Haas to continue with Brembo brakes into Spain – Steiner

by Paul Hensby

Guenther Steiner insists his Haas F1 Team will solve their issues they’ve encountered with their braking system sooner rather than later, although the Team Principal of the American outfit revealed that the Spanish Grand Prix comes too soon for a switch to Carbone Industri brakes to be made.

The team tested with Carbone Industri during free practice at the Sochi Autodrom two weeks ago but are likely to continue racing with Brembo in Spain, with further tests required with the other brake manufacturer before they are ready to be run in race conditions, although Steiner believes the switch will happen in due time.

“We started off with CI brakes in Sochi,” said Steiner.  “We weren’t getting enough cooling for them, and if you don’t cool them enough, you overheat the brake itself and the pedal gets long. Also, the wear is very high.

“We looked into it to see if we could survive a race, but we realized we could not. Therefore, the decision was taken to go back onto the Brembo. As it stands now, we will race Brembo in Barcelona.”

Brakes have long been a problem for Haas, with a lot of races in 2016 being affected by them, with drivers critical of the way they worked on track. Steiner revealed that the two drivers had different opinions on the brake manufacturers following free practice in Russia, with Kevin Magnussen preferring Carbone Industri over Brembo, while Romain Grosjean was happier with the updates Brembo had made themselves.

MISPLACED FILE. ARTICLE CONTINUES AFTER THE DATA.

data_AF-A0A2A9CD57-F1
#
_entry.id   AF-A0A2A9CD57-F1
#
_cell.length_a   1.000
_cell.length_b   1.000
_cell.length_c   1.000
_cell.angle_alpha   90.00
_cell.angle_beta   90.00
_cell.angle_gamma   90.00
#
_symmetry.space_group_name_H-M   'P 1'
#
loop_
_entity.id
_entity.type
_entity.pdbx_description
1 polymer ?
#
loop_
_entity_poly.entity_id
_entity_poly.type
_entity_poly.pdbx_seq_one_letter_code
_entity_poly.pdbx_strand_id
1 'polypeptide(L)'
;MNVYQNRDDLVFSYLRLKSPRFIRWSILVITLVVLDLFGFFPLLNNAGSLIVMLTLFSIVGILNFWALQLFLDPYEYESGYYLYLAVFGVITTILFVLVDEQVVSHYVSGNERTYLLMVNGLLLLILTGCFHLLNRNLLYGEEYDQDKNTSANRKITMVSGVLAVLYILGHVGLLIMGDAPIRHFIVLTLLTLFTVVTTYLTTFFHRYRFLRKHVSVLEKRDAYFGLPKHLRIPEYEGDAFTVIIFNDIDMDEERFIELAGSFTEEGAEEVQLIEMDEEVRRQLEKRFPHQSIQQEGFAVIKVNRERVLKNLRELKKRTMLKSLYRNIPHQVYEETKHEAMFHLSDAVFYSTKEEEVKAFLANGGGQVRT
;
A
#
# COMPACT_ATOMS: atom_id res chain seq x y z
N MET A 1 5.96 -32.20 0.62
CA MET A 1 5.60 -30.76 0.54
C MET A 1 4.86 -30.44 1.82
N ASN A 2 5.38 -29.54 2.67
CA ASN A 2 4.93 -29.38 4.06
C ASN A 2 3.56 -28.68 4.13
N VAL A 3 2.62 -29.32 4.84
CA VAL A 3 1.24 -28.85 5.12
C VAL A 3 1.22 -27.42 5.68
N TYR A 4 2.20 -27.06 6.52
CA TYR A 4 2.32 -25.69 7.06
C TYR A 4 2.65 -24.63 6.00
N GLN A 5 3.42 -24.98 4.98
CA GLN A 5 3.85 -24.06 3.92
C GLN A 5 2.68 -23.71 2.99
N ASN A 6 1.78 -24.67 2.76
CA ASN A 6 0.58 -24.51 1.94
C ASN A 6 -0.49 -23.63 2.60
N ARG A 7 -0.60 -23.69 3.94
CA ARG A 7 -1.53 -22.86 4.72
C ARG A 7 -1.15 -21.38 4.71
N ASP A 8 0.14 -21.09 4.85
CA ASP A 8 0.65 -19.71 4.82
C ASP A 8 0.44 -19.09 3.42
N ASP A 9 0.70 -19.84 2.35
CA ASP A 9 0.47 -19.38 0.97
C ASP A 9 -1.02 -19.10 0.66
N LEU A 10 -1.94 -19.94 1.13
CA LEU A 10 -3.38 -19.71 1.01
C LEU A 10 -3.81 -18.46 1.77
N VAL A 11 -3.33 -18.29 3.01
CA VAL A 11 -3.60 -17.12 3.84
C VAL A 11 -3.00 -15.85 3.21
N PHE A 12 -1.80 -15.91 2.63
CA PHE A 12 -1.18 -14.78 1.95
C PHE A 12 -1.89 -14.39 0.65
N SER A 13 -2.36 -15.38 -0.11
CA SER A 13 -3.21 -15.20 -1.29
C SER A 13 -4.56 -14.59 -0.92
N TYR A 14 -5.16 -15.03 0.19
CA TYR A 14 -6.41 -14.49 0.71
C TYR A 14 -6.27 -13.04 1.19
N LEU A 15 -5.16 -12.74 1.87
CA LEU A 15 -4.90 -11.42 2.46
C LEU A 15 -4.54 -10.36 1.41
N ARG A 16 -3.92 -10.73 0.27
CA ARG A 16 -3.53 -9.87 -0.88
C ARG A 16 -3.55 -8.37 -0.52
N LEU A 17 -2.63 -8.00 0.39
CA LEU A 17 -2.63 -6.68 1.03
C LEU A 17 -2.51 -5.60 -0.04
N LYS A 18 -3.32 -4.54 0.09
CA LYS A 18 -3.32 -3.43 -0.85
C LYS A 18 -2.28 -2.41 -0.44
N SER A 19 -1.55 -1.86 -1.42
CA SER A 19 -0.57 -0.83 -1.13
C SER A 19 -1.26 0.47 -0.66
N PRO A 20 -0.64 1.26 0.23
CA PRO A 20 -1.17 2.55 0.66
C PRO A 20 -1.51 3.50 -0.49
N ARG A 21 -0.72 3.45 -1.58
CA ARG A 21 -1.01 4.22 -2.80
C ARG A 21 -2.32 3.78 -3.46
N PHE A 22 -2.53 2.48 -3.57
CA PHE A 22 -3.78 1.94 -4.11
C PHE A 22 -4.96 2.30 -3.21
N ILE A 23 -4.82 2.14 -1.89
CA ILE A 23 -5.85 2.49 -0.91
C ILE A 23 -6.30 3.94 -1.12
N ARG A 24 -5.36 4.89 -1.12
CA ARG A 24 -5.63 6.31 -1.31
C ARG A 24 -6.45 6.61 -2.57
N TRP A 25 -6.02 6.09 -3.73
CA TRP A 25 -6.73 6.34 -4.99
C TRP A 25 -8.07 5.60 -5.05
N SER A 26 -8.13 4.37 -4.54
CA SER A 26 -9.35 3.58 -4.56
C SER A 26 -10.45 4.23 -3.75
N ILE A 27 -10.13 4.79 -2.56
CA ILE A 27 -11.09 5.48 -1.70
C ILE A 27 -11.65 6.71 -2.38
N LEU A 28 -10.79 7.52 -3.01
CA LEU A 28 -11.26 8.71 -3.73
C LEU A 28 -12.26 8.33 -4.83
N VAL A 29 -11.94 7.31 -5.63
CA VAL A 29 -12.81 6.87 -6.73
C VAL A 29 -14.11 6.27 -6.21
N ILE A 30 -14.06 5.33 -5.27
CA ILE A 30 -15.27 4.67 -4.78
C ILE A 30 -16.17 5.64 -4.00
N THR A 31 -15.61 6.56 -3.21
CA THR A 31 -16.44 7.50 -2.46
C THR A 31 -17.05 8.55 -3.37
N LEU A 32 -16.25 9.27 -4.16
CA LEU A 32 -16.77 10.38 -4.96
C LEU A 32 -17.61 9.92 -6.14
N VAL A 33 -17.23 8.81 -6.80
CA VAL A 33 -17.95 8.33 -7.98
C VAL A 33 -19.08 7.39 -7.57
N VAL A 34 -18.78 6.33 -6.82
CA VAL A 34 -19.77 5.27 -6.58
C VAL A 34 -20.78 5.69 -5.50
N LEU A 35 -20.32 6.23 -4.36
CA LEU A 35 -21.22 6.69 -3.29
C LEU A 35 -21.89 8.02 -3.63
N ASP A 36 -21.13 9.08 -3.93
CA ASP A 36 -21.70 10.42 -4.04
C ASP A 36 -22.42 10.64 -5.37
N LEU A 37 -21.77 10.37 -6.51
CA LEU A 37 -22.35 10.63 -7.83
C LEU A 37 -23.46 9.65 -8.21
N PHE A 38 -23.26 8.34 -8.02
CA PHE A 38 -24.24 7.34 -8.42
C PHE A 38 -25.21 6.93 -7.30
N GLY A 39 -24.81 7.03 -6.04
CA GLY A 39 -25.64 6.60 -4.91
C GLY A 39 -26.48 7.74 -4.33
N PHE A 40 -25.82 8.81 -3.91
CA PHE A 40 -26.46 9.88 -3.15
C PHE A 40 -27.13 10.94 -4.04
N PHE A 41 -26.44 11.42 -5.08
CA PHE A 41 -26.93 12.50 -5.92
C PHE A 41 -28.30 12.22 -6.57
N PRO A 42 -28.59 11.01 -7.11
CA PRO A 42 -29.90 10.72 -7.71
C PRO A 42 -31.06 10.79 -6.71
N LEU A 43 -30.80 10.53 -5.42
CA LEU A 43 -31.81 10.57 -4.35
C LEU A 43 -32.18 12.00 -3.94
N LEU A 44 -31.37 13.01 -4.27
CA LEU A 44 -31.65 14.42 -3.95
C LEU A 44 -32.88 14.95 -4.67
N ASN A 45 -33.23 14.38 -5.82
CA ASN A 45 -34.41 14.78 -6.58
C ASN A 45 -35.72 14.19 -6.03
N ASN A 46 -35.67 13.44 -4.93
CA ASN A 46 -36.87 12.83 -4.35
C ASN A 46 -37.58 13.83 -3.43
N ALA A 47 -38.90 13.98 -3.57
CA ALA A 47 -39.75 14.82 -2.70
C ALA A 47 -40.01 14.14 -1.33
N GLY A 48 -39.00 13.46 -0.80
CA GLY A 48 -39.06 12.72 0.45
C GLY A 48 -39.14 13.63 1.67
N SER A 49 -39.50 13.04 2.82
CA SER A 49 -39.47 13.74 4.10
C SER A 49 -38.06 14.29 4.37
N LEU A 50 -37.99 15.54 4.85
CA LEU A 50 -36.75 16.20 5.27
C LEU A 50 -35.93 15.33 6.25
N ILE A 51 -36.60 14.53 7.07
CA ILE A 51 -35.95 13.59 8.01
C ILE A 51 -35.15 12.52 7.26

“To figure out how we can fix the problem will take a bit, but we will get there,” insists Steiner.  “It isn’t an easy problem to solve. We will take our time. We know what we’ve got after our Bahrain test with CI brakes, and after Sochi in FP1 and FP2. We know what we need to do and what needs to get done, but it will take a little bit of time.”

“Romain was pretty happy with the latest iteration of Brembo. He said he’s ok with it. Kevin liked the CI better because the bite is better. He just has a better feeling with the CI brakes. Now we need to get the CI working and see where we stand before coming to the absolute conclusion. I’ll be happy when we can check this off of our list.”

Steiner insists getting the brakes to work properly all of the time is priority, but due to the complexity of the systems, it will not happen overnight and it requires a decent amount of testing.

“Everybody needs to understand that this is a very sophisticated brake system,” said Steiner.  “It is not easy to fix. The obvious question, and rightly people ask, is that it cannot be this difficult to fix a brake. It actually is. It isn’t easy.

“This is because they’re highly complicated technologies, they’re highly advanced. When you change from one to the other, you encounter issues you’re not aware of until you try it properly. Without testing during the season, you need to do it in FP1 and FP2. You always have to wait two weeks to do something. So you can never go and do a proper test and do modifications.

“You always have to fit it in somehow. It compromises your testing, and that’s why it takes so long. It’s not that we’re not working hard. Our people are very competent and can do this, it just takes time.”  

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